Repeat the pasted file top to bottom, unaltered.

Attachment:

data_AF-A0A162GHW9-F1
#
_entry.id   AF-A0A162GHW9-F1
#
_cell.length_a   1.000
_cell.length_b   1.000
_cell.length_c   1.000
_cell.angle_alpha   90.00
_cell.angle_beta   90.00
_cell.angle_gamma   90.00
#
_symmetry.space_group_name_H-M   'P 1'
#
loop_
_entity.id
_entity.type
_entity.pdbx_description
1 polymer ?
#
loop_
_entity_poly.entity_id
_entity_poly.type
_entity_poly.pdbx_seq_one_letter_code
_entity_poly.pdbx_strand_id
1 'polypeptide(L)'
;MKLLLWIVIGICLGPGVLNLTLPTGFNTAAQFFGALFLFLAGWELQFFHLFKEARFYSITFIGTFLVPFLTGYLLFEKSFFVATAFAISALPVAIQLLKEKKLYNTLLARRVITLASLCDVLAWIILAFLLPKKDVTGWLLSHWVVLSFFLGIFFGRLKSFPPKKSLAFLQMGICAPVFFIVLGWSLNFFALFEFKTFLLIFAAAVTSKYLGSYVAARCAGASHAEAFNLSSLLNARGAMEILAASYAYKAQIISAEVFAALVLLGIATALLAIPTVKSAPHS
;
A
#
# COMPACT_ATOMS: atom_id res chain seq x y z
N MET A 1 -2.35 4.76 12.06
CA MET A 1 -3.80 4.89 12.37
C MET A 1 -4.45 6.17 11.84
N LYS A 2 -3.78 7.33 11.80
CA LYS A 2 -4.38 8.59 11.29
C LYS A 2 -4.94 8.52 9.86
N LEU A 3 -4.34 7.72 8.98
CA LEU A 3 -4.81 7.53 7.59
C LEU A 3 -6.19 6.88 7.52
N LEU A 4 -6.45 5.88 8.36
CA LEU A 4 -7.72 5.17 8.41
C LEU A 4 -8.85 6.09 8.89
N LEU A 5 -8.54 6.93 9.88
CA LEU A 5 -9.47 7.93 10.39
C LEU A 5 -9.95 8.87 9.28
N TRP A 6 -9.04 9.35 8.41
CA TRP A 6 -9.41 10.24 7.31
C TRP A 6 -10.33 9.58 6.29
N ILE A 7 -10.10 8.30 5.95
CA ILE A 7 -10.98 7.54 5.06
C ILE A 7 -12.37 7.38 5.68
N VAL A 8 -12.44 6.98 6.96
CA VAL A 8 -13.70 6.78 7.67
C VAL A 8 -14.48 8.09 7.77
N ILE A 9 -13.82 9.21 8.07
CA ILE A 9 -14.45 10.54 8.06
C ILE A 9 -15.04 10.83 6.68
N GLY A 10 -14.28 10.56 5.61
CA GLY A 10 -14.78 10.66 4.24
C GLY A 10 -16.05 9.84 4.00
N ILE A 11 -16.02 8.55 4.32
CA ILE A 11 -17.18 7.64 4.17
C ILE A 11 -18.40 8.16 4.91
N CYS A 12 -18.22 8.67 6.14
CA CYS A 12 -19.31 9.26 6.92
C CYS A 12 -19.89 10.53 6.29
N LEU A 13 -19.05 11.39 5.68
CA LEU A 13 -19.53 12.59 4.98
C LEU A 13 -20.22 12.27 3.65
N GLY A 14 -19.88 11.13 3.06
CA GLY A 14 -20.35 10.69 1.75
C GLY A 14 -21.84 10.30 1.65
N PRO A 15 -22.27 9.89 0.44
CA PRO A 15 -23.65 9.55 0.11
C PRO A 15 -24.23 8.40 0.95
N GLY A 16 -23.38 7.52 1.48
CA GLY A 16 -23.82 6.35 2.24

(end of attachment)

data_AF-A0A162GHW9-F1
#
_entry.id   AF-A0A162GHW9-F1
#
_cell.length_a   1.000
_cell.length_b   1.000
_cell.length_c   1.000
_cell.angle_alpha   90.00
_cell.angle_beta   90.00
_cell.angle_gamma   90.00
#
_symmetry.space_group_name_H-M   'P 1'
#
loop_
_entity.id
_entity.type
_entity.pdbx_description
1 polymer ?
#
loop_
_entity_poly.entity_id
_entity_poly.type
_entity_poly.pdbx_seq_one_letter_code
_entity_poly.pdbx_strand_id
1 'polypeptide(L)'
;MKLLLWIVIGICLGPGVLNLTLPTGFNTAAQFFGALFLFLAGWELQFFHLFKEARFYSITFIGTFLVPFLTGYLLFEKSFFVATAFAISALPVAIQLLKEKKLYNTLLARRVITLASLCDVLAWIILAFLLPKKDVTGWLLSHWVVLSFFLGIFFGRLKSFPPKKSLAFLQMGICAPVFFIVLGWSLNFFALFEFKTFLLIFAAAVTSKYLGSYVAARCAGASHAEAFNLSSLLNARGAMEILAASYAYKAQIISAEVFAALVLLGIATALLAIPTVKSAPHS
;
A
#
# COMPACT_ATOMS: atom_id res chain seq x y z
N MET A 1 -2.35 4.76 12.06
CA MET A 1 -3.80 4.89 12.37
C MET A 1 -4.45 6.17 11.84
N LYS A 2 -3.78 7.33 11.80
CA LYS A 2 -4.38 8.59 11.29
C LYS A 2 -4.94 8.52 9.86
N LEU A 3 -4.34 7.72 8.98
CA LEU A 3 -4.81 7.53 7.59
C LEU A 3 -6.19 6.88 7.52
N LEU A 4 -6.45 5.88 8.36
CA LEU A 4 -7.72 5.17 8.41
C LEU A 4 -8.85 6.09 8.89
N LEU A 5 -8.54 6.93 9.88
CA LEU A 5 -9.47 7.93 10.39
C LEU A 5 -9.95 8.87 9.28
N TRP A 6 -9.04 9.35 8.41
CA TRP A 6 -9.41 10.24 7.31
C TRP A 6 -10.33 9.58 6.29
N ILE A 7 -10.10 8.30 5.95
CA ILE A 7 -10.98 7.54 5.06
C ILE A 7 -12.37 7.38 5.68
N VAL A 8 -12.44 6.98 6.96
CA VAL A 8 -13.70 6.78 7.67
C VAL A 8 -14.48 8.09 7.77
N ILE A 9 -13.82 9.21 8.07
CA ILE A 9 -14.45 10.54 8.06
C ILE A 9 -15.04 10.83 6.68
N GLY A 10 -14.28 10.56 5.61
CA GLY A 10 -14.78 10.66 4.24
C GLY A 10 -16.05 9.84 4.00
N ILE A 11 -16.02 8.55 4.32
CA ILE A 11 -17.18 7.64 4.17
C ILE A 11 -18.40 8.16 4.91
N CYS A 12 -18.22 8.67 6.14
CA CYS A 12 -19.31 9.26 6.92
C CYS A 12 -19.89 10.53 6.29
N LEU A 13 -19.05 11.39 5.68
CA LEU A 13 -19.53 12.59 4.98
C LEU A 13 -20.22 12.27 3.65
N GLY A 14 -19.88 11.13 3.06
CA GLY A 14 -20.35 10.69 1.75
C GLY A 14 -21.84 10.30 1.65
N PRO A 15 -22.27 9.89 0.44
CA PRO A 15 -23.65 9.55 0.11
C PRO A 15 -24.23 8.40 0.95
N GLY A 16 -23.38 7.52 1.48
CA GLY A 16 -23.82 6.35 2.24